> The total two-channel audio market has always been polarised between
> those that want "background music" (and buy "consumer-fi" or
> "designer-fi") and the serious and discerning listener (aka
> "audiophile").
>
> The audiophile section has always been small in terms of the number of
> persons (but not necessarily that small in value terms).
>
> So, are we seeing a small - and shrinking - portion of a decreasing
> "slice" surviving as purist two-channel afficionados? I believe we
> are...
>

I think there are more "audiophiles" than before, because good sound has
become more affordable.

> In a communication from George H. Middius, he told me that the number
> of contributors to RAO/RAHE had shrunk since I was last involved. If
> true, this supports the contention that - like cigarette-smokers - we
> are a dying breed.
>
>
> Firstly, the overall input to RAO/RAHE appears to be dropping.
>
It is not so IMHO, seems more traffic than before.

> Secondly, the proportion of serious contributors (as opposed to those
> that are there for "Mortal Kombat" - in verbal sense) is also
> shrinking. There are few committed "lifers" who also probably skew
> the results (such as George, Stewart, etc). This is obviously more
> prevalent in RAO than RAHE due to the effect of "Moderation" in RAHE.
>

You should do something about and offer to be moderating this group. That
would be a decent contribution of yours.

> Another indicator is the changes in focus for new product development
> by typical high-end audio manufacturers. Take a look at their
> websites and cast your mind back 10 years and you will see a definite
> shift towards home theatre - its only natural; they too have to
> survive.
>
> Finally, there has been much debate around the future role in audio
> reproduction of the personal computer, the iPOD, etc. Just how much
> of the abovementioned "pie" is being hived-off to fund acquisitions
> in this area is not known, but - at a guess - I would say it IS
> having some effect.
>
I wonder what is wrong with a multiple speaker setup? You can always listen
to just two speakers in the corresponding mode on your receiver. We have
learned that the amplifiers are transparent, so why use a two channel only
setup, when for the same money or less a 5+1 AV-amp with 3 times the power
can be bought? And concerning the Ipod, it only has a two channel output
BTW.

>
> The future looks somewhat bleak for two-channel, and those of us
> committed to it, had better keep a watchful eye out for possible new
> sources of either; one, two channel equipment; or two, other areas of
> interest.
>
> PS: Having just had some audio gear stolen and having had to do some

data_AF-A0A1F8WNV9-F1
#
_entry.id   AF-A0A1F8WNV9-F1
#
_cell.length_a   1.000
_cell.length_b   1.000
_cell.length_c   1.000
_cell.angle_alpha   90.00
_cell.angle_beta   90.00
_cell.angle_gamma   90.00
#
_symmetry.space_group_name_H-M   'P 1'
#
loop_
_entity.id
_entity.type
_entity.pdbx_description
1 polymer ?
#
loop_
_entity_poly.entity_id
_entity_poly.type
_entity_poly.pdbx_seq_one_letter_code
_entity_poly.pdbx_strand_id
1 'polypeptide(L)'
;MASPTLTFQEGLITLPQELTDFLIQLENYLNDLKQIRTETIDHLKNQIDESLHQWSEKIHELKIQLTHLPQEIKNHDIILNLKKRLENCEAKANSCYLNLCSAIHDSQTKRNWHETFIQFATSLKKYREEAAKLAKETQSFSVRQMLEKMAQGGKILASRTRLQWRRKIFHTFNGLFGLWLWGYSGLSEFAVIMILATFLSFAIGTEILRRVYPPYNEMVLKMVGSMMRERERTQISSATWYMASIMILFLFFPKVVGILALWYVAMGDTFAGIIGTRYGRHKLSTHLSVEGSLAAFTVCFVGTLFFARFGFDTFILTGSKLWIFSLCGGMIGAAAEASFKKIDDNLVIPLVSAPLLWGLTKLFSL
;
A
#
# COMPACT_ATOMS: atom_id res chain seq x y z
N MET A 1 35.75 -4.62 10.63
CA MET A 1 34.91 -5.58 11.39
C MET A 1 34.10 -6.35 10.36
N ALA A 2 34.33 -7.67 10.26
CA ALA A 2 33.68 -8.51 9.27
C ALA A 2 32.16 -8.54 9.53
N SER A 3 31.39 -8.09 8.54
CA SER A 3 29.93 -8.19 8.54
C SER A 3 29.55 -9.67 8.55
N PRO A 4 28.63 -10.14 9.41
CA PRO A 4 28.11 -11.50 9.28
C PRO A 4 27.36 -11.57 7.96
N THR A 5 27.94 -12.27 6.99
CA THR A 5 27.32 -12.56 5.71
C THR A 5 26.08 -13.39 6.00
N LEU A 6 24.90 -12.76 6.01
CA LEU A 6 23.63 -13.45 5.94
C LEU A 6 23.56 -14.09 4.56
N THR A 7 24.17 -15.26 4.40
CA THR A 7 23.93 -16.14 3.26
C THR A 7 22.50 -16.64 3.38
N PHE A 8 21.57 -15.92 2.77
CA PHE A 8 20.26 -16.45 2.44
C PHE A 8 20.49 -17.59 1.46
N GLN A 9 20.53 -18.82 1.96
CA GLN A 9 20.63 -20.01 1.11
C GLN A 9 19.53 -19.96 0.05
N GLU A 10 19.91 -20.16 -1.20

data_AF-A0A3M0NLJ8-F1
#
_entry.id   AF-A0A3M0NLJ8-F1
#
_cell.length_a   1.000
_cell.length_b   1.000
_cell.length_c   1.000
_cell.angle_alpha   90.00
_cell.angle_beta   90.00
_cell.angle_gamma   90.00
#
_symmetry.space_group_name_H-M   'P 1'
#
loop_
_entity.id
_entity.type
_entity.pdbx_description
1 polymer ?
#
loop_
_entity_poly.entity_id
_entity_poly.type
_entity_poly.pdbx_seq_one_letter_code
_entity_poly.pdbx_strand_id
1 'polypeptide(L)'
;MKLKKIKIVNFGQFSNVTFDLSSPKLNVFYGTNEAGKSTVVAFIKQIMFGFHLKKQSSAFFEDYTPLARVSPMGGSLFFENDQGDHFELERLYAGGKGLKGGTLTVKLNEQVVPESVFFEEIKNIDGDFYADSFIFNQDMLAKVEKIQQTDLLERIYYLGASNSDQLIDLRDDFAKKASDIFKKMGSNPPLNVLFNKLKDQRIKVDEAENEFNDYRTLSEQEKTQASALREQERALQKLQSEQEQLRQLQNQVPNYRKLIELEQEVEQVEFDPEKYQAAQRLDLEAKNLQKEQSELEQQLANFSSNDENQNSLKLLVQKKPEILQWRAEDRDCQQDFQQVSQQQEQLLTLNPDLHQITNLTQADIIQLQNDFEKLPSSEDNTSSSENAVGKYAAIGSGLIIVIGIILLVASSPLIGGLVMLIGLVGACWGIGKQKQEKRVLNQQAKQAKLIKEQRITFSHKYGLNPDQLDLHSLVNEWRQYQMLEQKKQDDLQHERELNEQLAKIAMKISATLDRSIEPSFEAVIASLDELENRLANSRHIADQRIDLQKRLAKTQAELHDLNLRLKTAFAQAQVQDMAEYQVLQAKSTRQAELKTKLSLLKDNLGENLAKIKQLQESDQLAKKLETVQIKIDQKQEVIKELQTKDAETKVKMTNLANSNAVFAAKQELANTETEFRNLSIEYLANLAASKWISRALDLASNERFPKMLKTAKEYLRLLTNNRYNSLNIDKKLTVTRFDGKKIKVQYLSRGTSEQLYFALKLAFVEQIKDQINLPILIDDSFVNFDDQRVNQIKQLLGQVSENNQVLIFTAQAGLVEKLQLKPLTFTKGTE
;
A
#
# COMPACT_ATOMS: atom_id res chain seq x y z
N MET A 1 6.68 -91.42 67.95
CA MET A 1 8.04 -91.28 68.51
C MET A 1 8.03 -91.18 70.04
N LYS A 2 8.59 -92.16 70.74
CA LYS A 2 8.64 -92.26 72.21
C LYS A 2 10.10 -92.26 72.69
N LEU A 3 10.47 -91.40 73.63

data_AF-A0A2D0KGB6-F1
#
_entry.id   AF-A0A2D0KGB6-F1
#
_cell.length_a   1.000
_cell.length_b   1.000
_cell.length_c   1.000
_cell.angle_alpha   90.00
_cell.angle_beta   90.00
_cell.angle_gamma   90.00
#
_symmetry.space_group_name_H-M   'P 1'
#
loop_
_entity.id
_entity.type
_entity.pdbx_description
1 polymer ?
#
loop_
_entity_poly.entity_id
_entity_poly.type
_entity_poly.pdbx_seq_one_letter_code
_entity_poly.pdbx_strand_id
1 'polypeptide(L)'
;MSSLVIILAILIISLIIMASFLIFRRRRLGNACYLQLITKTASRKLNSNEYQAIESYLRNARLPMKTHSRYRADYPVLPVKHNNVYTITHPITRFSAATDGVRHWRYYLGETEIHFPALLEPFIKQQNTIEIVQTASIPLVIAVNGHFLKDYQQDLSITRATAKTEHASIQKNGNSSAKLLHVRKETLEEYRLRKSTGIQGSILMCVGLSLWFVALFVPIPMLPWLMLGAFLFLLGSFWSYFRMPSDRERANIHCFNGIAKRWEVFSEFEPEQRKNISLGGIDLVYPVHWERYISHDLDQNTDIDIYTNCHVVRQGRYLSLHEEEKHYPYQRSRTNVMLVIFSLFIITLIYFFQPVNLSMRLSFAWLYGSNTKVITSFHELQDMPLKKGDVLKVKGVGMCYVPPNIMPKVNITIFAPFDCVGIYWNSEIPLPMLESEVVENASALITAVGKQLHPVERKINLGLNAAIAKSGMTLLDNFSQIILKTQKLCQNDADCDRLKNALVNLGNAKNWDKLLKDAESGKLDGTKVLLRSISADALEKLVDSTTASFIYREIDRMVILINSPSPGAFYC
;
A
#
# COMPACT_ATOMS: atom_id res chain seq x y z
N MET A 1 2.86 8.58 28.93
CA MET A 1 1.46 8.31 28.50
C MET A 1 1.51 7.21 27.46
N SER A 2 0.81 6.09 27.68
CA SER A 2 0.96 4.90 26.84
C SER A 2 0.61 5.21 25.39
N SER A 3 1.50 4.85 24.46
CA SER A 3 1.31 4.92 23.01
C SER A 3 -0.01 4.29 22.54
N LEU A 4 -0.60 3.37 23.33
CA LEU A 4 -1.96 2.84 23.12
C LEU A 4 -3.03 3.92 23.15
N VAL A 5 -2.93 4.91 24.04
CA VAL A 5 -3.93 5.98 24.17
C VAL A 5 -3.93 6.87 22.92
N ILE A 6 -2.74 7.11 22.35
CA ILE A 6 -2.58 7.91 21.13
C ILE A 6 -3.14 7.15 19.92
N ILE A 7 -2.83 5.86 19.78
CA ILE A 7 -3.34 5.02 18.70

> research into replacements, I've begun to see early signs of demise.
> :-(

Dave, it is good like it is. Our lives are not static and changes happen. go
with them! The worst in this life are the complainers. Don't be one of them,
enjoy a good 5+1 setup, it is fun.
--
ciao Ban
Bordighera, Italy
Anonymous
June 3, 2005 5:12:43 AM

Archived from groups: rec.audio.high-end (More info?)

Russ Button wrote:
<snip>
: I'd like to ask a question of everyone here. How many two-channel
: audio
: enthusiasts do you personally know who are under the age of 40?

Well, I've been a lurker here for a while and I thought it an appropriate
time to de-cloak :) .

I'm 31 and a 2-channel audiophile - I actually don't watch much TV/many
movies at all, prefering to listen to my hi-fi and I have another 32 year
old friend who is also into 2-channel but he has also embraced multi-channel
cinema but still much prefers 2-channel for audio. In the last month I've
bought a Nick Drake SACD, 4 Acoustic double albums and the soundtrack to
Captain Corellie's Mandolin. I enjoy a wide range of music from Arabic to
Country but I especially enjoy female vocalists like Amy Winehouse, Diana
Krall, Carla Bruni, Sarah Mclachlan, etc. I also love folk music and do
enjoy some clasical music too. I don't enjoy heavy metal, dance (although I
used to) or ska/punk but probably have a good selection of other genres. My
friends also have similar tastes although theirs would not be quite as
varied.

I have a third friend who is 34 and appreciates good 2-channel audio but
prefers to spend money on his other love (a car) most of the time so he
probably doesn't count but has potential but overall I think there is some
hope yet.

<snip>
: http://www.bethcuster.com/downloads.html
:
: (Listen to "Echos of Harlem")

Very mellow, I liked it!

<snip>
: disappointing to me. Young people today aren't just listening to
: electric
: music. They're listening to stuff which is hard to even call music,
<snip>

LOL I am a teacher in a technical college (16+ age group) and I certainly
agree although I've been surprised by a few students each year who certainly
have audiophile potential :) . My own audiophile days began when I met an
audiophile at university and ended up spending an (summer job) industrial